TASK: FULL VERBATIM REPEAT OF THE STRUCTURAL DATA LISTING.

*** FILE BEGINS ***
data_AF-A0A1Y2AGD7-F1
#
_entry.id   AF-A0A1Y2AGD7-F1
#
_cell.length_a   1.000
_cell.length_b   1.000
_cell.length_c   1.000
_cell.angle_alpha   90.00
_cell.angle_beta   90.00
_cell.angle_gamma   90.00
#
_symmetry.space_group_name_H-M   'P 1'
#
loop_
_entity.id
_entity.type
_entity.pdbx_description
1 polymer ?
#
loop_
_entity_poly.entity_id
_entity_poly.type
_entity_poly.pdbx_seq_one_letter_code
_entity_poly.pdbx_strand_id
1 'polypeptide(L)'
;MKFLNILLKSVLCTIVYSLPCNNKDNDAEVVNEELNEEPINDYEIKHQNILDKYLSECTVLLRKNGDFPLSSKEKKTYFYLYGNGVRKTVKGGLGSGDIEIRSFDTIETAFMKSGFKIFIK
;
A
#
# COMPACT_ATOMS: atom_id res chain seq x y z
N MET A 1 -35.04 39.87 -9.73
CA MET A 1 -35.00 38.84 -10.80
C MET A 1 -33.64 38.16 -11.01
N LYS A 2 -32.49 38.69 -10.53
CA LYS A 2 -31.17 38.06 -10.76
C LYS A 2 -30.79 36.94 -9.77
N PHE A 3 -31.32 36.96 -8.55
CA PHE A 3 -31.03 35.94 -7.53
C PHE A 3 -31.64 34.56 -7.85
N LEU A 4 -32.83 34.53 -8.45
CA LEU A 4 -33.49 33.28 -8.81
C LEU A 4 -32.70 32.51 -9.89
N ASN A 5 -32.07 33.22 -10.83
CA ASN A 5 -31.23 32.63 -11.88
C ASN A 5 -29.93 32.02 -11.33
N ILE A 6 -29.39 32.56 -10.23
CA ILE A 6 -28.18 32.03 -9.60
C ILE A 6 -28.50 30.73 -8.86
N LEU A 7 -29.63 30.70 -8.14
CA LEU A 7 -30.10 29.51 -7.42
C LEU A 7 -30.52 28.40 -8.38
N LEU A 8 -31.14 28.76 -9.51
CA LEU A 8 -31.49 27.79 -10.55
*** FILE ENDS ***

data_AF-A0A1Y2AGD7-F1
#
_entry.id   AF-A0A1Y2AGD7-F1
#
_cell.length_a   1.000
_cell.length_b   1.000
_cell.length_c   1.000
_cell.angle_alpha   90.00
_cell.angle_beta   90.00
_cell.angle_gamma   90.00
#
_symmetry.space_group_name_H-M   'P 1'
#
loop_
_entity.id
_entity.type
_entity.pdbx_description
1 polymer ?
#
loop_
_entity_poly.entity_id
_entity_poly.type
_entity_poly.pdbx_seq_one_letter_code
_entity_poly.pdbx_strand_id
1 'polypeptide(L)'
;MKFLNILLKSVLCTIVYSLPCNNKDNDAEVVNEELNEEPINDYEIKHQNILDKYLSECTVLLRKNGDFPLSSKEKKTYFYLYGNGVRKTVKGGLGSGDIEIRSFDTIETAFMKSGFKIFIK
;
A
#
# COMPACT_ATOMS: atom_id res chain seq x y z
N MET A 1 -35.04 39.87 -9.73
CA MET A 1 -35.00 38.84 -10.80
C MET A 1 -33.64 38.16 -11.01
N LYS A 2 -32.49 38.69 -10.53
CA LYS A 2 -31.17 38.06 -10.76
C LYS A 2 -30.79 36.94 -9.77
N PHE A 3 -31.32 36.96 -8.55
CA PHE A 3 -31.03 35.94 -7.53
C PHE A 3 -31.64 34.56 -7.85
N LEU A 4 -32.83 34.53 -8.45
CA LEU A 4 -33.49 33.28 -8.81
C LEU A 4 -32.70 32.51 -9.89
N ASN A 5 -32.07 33.22 -10.83
CA ASN A 5 -31.23 32.63 -11.88
C ASN A 5 -29.93 32.02 -11.33
N ILE A 6 -29.39 32.56 -10.23
CA ILE A 6 -28.18 32.03 -9.60
C ILE A 6 -28.50 30.73 -8.86
N LEU A 7 -29.63 30.70 -8.14
CA LEU A 7 -30.10 29.51 -7.42
C LEU A 7 -30.52 28.40 -8.38
N LEU A 8 -31.14 28.76 -9.51
CA LEU A 8 -31.49 27.79 -10.55